Identifying sustainability indicators

The first phase is to identify the most important sustainability indicators: determining a customised sustain­ability criterion, technical and regulative targets and restrictions that drive material choices. Finding a consensus on sustainability, bal­anced with business expectations is key for the success of the whole pro­cess. This can be achieved by merging various viewpoints through workshops and other collaborative means. After identifying relevant and measurable variables, it becomes easier to prioritise, to achieve weighting and to define thresholds for evaluation. We encourage a broad­er view when assessing polymers use, as performance of plastics can often be tailored and customised, for example with additives and by use of blends. After this phase the producer will hold a comprehensive list of the most relevant plastics and polymers can­didates to be considered and evaluated in the next phase.

Evaluating technical performance of candidate materials

The next step is to view the new candidate materials live and explore the gap in technical performance with availability for real-world application, and to check the suitability of the materials for intended converting technologies. The methods to ac­complish this involve acquiring polymer and additives, formulating poly­mer blends and composites, generating test samples for validation and building up cus­tomised test setups, and carrying out lab characterisation beyond the information available from the technical datasheets of raw materials suppliers. For this task we use VTT’s Polymer ­Pilot and Sustainable Chemistry platforms. The service includes the required laboratory work and advanced characterisation of material properties. This is the point in the selection process where outliers may become potential winners.

The outcome of this phase includes obtaining a considerable amount of appropriate prospective materials as demonstrated in the lab scale, as well as a complete gap analysis, which pinpoints any need to fine-tune properties, techni­cal performance and processability in the following phase.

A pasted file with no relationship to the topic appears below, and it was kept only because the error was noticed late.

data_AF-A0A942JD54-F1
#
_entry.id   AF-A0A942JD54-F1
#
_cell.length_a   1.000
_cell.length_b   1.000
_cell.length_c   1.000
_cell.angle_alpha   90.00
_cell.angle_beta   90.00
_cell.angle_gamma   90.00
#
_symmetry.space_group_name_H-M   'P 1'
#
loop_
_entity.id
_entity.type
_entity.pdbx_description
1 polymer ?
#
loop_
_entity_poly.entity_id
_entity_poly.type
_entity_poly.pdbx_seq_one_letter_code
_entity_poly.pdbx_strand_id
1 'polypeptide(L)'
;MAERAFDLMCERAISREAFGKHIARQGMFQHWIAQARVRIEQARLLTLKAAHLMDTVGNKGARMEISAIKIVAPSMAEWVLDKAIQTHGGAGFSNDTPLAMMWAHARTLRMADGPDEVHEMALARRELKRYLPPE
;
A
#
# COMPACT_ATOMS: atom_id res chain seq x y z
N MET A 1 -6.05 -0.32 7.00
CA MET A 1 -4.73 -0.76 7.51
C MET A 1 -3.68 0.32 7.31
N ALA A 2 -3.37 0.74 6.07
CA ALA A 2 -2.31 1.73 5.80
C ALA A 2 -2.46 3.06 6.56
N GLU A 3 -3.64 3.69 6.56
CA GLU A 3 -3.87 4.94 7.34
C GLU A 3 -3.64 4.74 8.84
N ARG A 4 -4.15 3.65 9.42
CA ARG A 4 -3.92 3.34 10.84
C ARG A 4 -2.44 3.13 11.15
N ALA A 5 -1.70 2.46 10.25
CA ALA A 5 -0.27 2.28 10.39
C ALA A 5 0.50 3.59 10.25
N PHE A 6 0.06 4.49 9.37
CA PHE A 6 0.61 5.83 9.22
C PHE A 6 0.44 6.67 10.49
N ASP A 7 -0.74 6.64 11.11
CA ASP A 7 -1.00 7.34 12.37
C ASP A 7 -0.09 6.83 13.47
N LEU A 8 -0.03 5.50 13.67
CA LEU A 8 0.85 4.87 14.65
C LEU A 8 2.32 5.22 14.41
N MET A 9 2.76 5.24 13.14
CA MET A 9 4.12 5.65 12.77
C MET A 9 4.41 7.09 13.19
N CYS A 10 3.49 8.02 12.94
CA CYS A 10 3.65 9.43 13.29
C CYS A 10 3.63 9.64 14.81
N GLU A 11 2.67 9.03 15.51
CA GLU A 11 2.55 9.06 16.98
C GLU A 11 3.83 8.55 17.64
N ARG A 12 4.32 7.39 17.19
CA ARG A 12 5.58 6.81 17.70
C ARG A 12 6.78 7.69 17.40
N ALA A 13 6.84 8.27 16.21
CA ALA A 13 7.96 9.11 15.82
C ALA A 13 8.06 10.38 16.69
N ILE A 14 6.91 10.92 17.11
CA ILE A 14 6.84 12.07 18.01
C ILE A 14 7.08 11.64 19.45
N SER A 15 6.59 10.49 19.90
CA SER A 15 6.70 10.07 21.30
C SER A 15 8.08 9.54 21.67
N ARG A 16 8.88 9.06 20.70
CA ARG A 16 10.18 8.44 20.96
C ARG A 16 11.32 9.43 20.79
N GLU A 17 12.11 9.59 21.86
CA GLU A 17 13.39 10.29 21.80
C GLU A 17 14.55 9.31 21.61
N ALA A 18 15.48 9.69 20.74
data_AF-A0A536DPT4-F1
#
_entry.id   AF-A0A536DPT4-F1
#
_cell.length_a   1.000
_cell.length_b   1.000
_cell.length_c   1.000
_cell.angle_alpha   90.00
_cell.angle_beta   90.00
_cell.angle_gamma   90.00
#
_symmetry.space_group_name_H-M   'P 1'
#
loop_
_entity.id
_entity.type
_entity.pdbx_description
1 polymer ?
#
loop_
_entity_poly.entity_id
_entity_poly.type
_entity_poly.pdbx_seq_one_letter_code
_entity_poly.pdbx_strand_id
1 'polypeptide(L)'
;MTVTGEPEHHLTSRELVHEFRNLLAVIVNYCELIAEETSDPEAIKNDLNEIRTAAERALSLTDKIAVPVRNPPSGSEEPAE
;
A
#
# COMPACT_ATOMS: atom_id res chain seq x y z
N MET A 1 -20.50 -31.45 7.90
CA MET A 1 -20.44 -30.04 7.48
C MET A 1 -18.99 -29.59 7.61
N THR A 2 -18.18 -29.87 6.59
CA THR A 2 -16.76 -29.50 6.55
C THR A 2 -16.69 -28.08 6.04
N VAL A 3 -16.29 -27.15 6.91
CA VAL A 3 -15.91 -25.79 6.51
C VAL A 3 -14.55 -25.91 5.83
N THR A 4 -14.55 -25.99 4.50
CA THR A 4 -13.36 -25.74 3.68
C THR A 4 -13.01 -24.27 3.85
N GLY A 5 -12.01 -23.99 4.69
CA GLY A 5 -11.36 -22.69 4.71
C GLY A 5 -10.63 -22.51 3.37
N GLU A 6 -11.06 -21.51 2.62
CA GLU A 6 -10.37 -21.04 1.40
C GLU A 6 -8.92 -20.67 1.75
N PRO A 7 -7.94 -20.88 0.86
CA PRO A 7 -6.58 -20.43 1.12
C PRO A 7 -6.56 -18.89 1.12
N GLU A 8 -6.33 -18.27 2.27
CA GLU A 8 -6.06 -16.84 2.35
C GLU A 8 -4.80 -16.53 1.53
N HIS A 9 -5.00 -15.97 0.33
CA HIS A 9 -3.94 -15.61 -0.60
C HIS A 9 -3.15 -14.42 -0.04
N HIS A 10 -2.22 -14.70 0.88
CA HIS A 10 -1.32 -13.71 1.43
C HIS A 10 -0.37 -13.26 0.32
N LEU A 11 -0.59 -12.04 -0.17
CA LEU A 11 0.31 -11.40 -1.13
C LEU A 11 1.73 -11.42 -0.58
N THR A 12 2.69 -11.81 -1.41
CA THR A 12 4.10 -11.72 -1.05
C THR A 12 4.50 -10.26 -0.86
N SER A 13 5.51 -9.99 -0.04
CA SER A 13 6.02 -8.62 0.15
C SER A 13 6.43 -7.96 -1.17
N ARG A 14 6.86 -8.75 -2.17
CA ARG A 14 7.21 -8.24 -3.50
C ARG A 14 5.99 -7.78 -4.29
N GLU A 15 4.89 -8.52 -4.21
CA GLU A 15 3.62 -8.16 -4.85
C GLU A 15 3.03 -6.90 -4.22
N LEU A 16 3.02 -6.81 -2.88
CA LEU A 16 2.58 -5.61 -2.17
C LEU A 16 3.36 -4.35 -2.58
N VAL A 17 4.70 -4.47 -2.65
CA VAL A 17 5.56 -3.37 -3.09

Validating materials at production scale

The final step is to verify, validate and prototype new materials at production scale. To achieve this, we establish crude recipes and initiate several iteration cycles for the development of the best two to three can­didates. The process and its properties are brought to life by apply­ing the same converting technology and equipment size used in actual produc­tion. The sample materials, in addition, can be generated in larger batch sizes to be tested by the customer or it can be done at scale at VTT.

At this phase, it is important to keep an open mind and avoid cutting the process short by considering this phase already completed in the prior steps, or to utilise readily available options from material suppliers. Though customisation requires effort in the process develop­ment, these solutions are typically superior to ready-made alternates.

The outcome for this phase is the delivery of the final plastics recipes that fulfil the technical performance criteria and fits the sustainability targets con­firmed at the beginning of the process.

Our PlasticsCompass service is an end-to-end solution to guide the producer through the selection of polymers and plastics as well as its piloting process. Throughout the various stages, we will use the most suitable methods to advance the process from a customer perspective.

Download the full guide: https://www.vttresearch.com/en/ourservices/vtt-plasticscompass-service-polymer-material-development-and-plastics-innovation


Special Report Author Details
Author: Jani Pelto
Organisation: VTT Technical Research Centre of Finland Ltd
Telephone: +358 40 821 2258
Website: Visit Website